|LETTER TO EDITOR
|Year : 2018 | Volume
| Issue : 3 | Page : 370
A rare case of ovarian dysgerminoma in a 6-year-old child in Lagos: A case report
Mahmood Dhahir AL-Mendalawi
Department of Paediatrics, Al-Kindy College of Medicine, University of Baghdad, Baghdad, Iraq
|Date of Web Publication||11-Feb-2019|
Prof. Mahmood Dhahir AL-Mendalawi
Professor in Paediatrics and Child Health, Consultant Paediatrician, Department of Paediatrics, Al-Kindy College of Medicine, University of Baghdad, P. O. Box 55302, Baghdad Post Office, Baghdad
Source of Support: None, Conflict of Interest: None
|How to cite this article:|
AL-Mendalawi MD. A rare case of ovarian dysgerminoma in a 6-year-old child in Lagos: A case report. Trop J Obstet Gynaecol 2018;35:370
I read with interest the case report by Okunade et al. on the ovarian dysgerminoma (OD) in a 6-year-old Nigerian child. It is obvious that individuals infected with human immunodeficiency virus (HIV)/acquired immune deficiency syndrome are generally at increased risk to various neoplasms compared to the immunocompetent individuals. Various factors have been suggested to explain that increased risk, notably co-infection with oncogenic viruses, immunosuppression, and life prolongation secondary to the use of antiretroviral therapy. Among neoplasms, OD has been reported in HIV-positive patients. To my knowledge, HIV infection is a worrisome health threat in the sub-Saharan countries, including Nigeria. Although no recent data are yet present on the pediatric HIV seroprevalence in Nigeria, the available data pointed out that 3% of the pregnant who were HIV negative at booking visit tested positive (seroconverted) to HIV. Regrettably, the HIV status of the mother of the studied child was not defined. I presume that some sort of vertical HIV transmission needed to be considered in the studied patient. Hence, the arrangement for the diagnostic panel of CD4 count and viral overload measurements was envisaged in the studied child. If that diagnostic set was done and it revealed underlying HIV infection, the case in question could be truly regarded as a novel case report. This is because HIV-associated pediatric OD has never been reported in the pediatric literature so far.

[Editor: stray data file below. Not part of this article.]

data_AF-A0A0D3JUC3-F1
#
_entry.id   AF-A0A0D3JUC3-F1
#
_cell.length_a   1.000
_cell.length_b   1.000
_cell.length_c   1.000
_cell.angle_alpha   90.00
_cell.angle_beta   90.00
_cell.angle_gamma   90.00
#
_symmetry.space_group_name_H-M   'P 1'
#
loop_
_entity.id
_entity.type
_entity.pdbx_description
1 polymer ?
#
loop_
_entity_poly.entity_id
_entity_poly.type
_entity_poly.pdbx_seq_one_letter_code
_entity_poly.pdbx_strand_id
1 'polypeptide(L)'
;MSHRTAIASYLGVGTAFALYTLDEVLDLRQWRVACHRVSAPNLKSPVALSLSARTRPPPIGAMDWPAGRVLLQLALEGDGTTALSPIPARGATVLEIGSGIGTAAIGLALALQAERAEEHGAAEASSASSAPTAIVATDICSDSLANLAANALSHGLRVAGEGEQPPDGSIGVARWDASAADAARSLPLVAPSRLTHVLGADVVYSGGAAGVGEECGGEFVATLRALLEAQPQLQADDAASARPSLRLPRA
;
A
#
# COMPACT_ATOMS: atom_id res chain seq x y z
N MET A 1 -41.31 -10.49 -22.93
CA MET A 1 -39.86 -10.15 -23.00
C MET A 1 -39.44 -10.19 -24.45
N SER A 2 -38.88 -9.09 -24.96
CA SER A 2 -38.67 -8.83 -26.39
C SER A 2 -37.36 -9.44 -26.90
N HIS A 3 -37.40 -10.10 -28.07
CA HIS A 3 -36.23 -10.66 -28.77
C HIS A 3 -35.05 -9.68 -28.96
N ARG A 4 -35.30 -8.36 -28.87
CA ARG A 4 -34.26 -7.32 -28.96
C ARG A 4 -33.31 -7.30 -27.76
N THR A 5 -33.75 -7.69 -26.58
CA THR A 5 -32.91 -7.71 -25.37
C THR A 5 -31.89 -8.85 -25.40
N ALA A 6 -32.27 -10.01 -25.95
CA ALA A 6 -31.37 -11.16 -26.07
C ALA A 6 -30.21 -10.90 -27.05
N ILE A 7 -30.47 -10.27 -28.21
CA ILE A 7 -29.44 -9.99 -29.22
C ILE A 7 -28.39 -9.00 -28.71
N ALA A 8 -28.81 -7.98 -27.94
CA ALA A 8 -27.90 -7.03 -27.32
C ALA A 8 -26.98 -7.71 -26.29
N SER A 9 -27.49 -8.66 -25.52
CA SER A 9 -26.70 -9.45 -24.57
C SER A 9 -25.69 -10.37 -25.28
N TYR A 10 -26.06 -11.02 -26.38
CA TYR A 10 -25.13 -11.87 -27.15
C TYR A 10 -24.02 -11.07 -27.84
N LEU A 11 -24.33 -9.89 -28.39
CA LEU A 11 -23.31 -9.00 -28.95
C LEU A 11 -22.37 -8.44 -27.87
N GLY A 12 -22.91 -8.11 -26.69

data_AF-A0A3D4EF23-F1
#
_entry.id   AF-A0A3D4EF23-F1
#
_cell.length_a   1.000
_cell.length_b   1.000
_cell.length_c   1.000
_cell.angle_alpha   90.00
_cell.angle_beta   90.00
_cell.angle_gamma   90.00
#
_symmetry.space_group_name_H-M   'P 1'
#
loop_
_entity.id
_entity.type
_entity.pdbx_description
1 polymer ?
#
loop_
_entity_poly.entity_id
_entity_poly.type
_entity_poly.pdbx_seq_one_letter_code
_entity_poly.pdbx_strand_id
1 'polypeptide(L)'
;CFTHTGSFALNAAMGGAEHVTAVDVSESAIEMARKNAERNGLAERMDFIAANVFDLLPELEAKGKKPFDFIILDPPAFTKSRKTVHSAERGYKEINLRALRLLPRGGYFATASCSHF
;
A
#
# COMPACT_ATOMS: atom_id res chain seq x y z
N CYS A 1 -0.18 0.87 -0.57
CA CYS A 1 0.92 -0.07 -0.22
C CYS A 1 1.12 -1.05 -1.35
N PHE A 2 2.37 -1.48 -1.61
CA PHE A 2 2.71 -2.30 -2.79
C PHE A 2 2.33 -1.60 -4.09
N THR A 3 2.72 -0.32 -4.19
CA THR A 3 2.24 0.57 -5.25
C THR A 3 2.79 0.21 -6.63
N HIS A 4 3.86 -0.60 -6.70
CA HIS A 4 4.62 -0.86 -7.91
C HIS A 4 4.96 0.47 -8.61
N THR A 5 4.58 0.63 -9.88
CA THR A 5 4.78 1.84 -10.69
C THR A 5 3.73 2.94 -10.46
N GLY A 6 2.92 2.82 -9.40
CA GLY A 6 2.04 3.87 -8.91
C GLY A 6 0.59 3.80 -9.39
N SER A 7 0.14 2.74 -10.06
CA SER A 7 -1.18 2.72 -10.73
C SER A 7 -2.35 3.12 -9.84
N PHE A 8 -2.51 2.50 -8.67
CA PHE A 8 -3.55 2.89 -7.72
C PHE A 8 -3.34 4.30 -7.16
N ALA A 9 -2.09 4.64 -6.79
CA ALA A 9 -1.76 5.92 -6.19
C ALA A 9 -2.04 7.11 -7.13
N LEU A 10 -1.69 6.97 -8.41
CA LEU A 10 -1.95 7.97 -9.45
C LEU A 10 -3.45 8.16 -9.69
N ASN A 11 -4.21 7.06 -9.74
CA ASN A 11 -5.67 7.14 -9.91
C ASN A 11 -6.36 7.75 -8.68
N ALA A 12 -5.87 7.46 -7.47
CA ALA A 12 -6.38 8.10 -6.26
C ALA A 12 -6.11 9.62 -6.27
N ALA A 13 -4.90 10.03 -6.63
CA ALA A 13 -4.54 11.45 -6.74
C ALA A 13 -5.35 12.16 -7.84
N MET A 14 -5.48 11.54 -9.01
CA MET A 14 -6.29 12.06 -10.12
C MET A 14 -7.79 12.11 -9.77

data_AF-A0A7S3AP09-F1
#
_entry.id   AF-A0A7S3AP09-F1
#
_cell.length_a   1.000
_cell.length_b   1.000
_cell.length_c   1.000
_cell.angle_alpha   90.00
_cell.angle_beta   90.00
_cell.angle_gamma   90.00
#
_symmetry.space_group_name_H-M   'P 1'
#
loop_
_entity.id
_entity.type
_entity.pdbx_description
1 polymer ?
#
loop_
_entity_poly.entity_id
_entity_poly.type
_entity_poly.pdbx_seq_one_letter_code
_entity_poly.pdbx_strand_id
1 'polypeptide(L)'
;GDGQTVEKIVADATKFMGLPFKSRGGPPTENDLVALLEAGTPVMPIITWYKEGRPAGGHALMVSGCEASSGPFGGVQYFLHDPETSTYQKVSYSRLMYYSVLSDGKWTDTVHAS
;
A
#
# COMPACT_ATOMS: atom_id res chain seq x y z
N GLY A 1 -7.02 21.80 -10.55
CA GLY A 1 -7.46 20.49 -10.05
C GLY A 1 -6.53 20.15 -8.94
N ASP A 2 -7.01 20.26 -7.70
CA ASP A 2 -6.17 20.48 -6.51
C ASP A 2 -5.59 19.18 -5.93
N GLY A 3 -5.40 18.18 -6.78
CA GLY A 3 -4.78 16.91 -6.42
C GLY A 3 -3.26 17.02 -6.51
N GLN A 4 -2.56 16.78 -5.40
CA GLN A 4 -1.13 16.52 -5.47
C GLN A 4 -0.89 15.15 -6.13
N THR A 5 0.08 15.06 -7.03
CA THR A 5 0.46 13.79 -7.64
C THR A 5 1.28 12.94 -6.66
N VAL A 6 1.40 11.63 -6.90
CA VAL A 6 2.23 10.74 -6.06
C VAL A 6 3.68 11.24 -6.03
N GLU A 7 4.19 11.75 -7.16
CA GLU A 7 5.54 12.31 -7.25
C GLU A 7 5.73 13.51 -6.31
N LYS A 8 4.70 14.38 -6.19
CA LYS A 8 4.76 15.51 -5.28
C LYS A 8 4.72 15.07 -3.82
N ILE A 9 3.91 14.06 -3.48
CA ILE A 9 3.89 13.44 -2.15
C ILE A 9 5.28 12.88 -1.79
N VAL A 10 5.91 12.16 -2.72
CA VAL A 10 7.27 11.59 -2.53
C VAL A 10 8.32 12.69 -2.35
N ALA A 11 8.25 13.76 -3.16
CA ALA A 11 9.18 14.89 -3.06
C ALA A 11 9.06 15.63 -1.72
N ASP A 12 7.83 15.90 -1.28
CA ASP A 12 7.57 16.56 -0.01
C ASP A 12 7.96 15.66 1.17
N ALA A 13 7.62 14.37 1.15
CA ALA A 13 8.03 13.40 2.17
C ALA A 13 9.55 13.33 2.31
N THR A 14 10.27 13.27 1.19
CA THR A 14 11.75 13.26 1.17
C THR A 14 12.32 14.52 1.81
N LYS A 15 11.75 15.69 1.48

Declaration of patient consent
The authors certify that they have obtained all appropriate patient consent forms. In the form the patient(s) has/have given his/her/their consent for his/her/their images and other clinical information to be reported in the journal. The patients understand that their names and initials will not be published and due efforts will be made to conceal their identity, but anonymity cannot be guaranteed.
Financial support and sponsorship
Conflicts of interest
There are no conflicts of interest.
| References|| |
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